The Kathmandu Post, LP Devkota, 9th May 2017, Jumla
Most youths in Jumla are not much concerned about the upcoming local election as they are busy preparing to head for the highlands to collect yarsagumba with the harvesting season about to start.
The Himalayan fungus is prized for its aphrodisiac and medicinal properties; and for villagers in this remote corner of the country, the harvest season is the most important time of the year. The herb is one of the major sources of income for the people.
A family can easily earn Rs500,000 to Rs600,000 during the yarsagumba harvesting season that usually lasts from mid-May to mid-July. Local youths have not been taking an active part in the election campaign either because their priorities lie elsewhere.
Min Bahadur Thapa, a local of Patarasi village council, said yarsa collectors were very concerned about missing the collection window amid increased competition. A huge number of youths from Dolpa, Mugu, Jumla and Humla race towards the high mountains during this season.
“Highland locals work very hard for three months to collect yarsa as the income puts food on the table for the entire year,” said Ramesh Rawat of Patarasi, Jumla. “What changes will the election bring? Nothing! Going for yarsa collection will generate income to feed the family for a year,” said another local Prabina Rawat. Many youths in the district hold a similar view regarding the election.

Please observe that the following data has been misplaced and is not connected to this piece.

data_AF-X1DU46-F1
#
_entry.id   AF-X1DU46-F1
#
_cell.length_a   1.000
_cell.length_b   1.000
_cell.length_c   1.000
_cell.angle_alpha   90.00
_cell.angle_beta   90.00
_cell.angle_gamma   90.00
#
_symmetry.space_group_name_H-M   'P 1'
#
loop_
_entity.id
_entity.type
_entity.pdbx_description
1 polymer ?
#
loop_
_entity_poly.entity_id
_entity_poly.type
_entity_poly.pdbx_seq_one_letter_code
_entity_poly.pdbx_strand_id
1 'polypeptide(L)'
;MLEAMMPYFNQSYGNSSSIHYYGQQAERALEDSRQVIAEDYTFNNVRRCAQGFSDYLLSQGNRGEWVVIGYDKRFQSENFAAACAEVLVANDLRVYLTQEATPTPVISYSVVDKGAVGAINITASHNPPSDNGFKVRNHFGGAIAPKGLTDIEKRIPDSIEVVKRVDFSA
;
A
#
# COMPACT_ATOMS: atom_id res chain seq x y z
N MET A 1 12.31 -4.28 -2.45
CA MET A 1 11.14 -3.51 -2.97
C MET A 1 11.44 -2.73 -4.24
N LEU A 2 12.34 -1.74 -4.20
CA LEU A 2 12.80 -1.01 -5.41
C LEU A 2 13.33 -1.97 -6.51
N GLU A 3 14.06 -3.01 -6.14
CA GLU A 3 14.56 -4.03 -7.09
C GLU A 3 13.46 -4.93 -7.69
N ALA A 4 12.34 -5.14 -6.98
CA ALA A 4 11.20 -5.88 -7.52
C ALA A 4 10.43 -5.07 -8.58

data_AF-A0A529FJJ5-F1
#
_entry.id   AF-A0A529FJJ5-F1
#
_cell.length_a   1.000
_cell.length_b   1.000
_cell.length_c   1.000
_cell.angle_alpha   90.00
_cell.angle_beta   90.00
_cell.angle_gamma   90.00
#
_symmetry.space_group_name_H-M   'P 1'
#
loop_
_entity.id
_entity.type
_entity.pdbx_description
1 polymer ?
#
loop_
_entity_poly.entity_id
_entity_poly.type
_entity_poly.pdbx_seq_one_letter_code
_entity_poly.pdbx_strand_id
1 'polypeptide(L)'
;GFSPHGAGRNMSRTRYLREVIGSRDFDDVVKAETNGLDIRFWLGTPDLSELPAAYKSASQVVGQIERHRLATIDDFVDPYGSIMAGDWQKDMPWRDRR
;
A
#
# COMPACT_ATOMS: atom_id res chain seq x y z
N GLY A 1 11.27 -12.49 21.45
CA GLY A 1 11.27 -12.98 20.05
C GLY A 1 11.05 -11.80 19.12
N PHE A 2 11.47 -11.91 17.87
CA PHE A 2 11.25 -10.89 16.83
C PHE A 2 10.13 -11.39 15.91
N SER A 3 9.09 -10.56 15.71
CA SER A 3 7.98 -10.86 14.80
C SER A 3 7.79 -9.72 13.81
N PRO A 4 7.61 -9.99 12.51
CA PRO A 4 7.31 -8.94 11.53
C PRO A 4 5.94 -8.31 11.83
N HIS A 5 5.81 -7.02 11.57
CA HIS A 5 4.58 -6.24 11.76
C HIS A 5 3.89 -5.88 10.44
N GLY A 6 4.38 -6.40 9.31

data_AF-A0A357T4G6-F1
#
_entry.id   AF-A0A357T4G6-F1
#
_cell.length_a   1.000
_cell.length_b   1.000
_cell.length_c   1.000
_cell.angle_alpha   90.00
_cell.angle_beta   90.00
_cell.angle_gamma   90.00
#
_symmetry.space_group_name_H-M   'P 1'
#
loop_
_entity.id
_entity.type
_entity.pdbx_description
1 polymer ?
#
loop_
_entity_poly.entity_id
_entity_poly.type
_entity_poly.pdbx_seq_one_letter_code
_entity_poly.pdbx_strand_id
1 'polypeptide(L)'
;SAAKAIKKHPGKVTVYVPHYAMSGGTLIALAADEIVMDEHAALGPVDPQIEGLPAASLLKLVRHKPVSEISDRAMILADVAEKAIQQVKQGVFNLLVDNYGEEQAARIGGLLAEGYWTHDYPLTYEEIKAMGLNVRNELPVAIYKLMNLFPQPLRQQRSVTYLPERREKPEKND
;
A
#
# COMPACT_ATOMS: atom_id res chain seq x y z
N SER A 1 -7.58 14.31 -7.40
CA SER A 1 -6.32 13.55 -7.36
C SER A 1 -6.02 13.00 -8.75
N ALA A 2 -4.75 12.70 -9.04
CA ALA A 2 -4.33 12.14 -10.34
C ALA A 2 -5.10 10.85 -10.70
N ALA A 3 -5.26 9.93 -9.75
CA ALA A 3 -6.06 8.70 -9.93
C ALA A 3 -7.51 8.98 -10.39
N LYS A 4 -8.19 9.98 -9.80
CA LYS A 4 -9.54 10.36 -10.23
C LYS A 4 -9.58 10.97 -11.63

“The election campaign might have heated up across the country, but that is not the case in Jumla,” said Rawat. “Because here, we need money to survive, and the election does us no good.”
It looks like yarsa collectors make a lot of money, but they have to spend a lot too. They have to pay about Rs50,000 in royalties, entry fees and other taxes. Almost all youths who go to harvest yarsa have to borrow money to pay the fees. Locals also collect yarsa because they don’t have any other livelihood.
“It is very difficult to pay your children’s education and household bills with no other source of income here,” said Hikmat Rawat, another local. A majority of the youths in this region and nearby areas go to India in the winter as seasonal workers. They spend the summer at home as it is the time to harvest yarsa.
Some youths even return from India to go to collect the herb. “The election is not a priority because it is more important to work,” said Hari Budha, a youth who had arrived from India recently.
“That is why we prefer to go to collect yarsa instead of participating in the election campaign.” Yarsagumba was first collected in Nepal at Chakure Lek of Jumla in 1952. Trading in the herb began in the late 1980s in Dolpa.